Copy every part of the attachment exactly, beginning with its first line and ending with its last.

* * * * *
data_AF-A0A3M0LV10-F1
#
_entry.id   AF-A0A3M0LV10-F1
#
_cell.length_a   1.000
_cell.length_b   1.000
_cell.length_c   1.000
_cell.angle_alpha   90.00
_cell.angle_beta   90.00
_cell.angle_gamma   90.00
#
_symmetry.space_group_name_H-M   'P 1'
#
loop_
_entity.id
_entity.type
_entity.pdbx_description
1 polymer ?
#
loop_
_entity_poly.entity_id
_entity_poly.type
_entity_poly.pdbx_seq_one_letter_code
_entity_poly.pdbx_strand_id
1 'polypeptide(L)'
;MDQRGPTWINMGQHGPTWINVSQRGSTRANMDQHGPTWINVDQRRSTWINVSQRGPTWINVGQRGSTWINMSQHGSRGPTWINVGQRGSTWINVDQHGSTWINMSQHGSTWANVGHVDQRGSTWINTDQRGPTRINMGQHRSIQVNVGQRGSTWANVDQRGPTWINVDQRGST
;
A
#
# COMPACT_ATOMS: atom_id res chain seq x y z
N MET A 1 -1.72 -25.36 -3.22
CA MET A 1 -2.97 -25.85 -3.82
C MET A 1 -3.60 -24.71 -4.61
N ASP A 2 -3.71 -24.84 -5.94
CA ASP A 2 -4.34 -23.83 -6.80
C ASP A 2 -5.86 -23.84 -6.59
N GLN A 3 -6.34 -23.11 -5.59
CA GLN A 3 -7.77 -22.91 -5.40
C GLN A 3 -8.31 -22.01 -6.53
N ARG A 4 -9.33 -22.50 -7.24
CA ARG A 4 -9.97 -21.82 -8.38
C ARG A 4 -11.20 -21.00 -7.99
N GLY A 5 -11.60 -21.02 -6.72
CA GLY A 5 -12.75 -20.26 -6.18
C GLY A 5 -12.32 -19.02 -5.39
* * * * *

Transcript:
data_AF-A0A3M0LV10-F1
#
_entry.id   AF-A0A3M0LV10-F1
#
_cell.length_a   1.000
_cell.length_b   1.000
_cell.length_c   1.000
_cell.angle_alpha   90.00
_cell.angle_beta   90.00
_cell.angle_gamma   90.00
#
_symmetry.space_group_name_H-M   'P 1'
#
loop_
_entity.id
_entity.type
_entity.pdbx_description
1 polymer ?
#
loop_
_entity_poly.entity_id
_entity_poly.type
_entity_poly.pdbx_seq_one_letter_code
_entity_poly.pdbx_strand_id
1 'polypeptide(L)'
;MDQRGPTWINMGQHGPTWINVSQRGSTRANMDQHGPTWINVDQRRSTWINVSQRGPTWINVGQRGSTWINMSQHGSRGPTWINVGQRGSTWINVDQHGSTWINMSQHGSTWANVGHVDQRGSTWINTDQRGPTRINMGQHRSIQVNVGQRGSTWANVDQRGPTWINVDQRGST
;
A
#
# COMPACT_ATOMS: atom_id res chain seq x y z
N MET A 1 -1.72 -25.36 -3.22
CA MET A 1 -2.97 -25.85 -3.82
C MET A 1 -3.60 -24.71 -4.61
N ASP A 2 -3.71 -24.84 -5.94
CA ASP A 2 -4.34 -23.83 -6.80
C ASP A 2 -5.86 -23.84 -6.59
N GLN A 3 -6.34 -23.11 -5.59
CA GLN A 3 -7.77 -22.91 -5.40
C GLN A 3 -8.31 -22.01 -6.53
N ARG A 4 -9.33 -22.50 -7.24
CA ARG A 4 -9.97 -21.82 -8.38
C ARG A 4 -11.20 -21.00 -7.99
N GLY A 5 -11.60 -21.02 -6.72
CA GLY A 5 -12.75 -20.26 -6.18
C GLY A 5 -12.32 -19.02 -5.39